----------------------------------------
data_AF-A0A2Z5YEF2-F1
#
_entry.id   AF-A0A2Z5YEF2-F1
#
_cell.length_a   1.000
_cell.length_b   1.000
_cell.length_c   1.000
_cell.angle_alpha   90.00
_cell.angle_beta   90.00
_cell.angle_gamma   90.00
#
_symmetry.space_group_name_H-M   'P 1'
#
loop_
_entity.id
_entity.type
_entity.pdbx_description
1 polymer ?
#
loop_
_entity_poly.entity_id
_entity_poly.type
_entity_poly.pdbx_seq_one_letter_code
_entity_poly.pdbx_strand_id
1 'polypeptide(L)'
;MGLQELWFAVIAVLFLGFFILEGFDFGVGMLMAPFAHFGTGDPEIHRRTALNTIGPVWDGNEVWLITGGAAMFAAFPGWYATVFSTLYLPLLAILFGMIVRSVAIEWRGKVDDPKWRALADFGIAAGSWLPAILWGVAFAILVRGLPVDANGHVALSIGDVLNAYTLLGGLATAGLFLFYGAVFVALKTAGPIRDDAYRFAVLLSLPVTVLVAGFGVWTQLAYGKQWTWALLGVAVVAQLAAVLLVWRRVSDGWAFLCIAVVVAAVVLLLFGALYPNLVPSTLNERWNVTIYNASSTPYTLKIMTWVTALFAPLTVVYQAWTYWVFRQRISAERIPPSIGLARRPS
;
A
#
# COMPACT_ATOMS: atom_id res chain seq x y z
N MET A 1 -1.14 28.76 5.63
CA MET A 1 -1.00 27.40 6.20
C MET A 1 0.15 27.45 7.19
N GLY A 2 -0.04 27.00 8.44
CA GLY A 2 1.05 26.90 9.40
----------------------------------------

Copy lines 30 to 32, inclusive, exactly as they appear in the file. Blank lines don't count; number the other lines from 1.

# COMPACT_ATOMS: atom_id res chain seq x y z
N MET A 1 -1.14 28.76 5.63
CA MET A 1 -1.00 27.40 6.20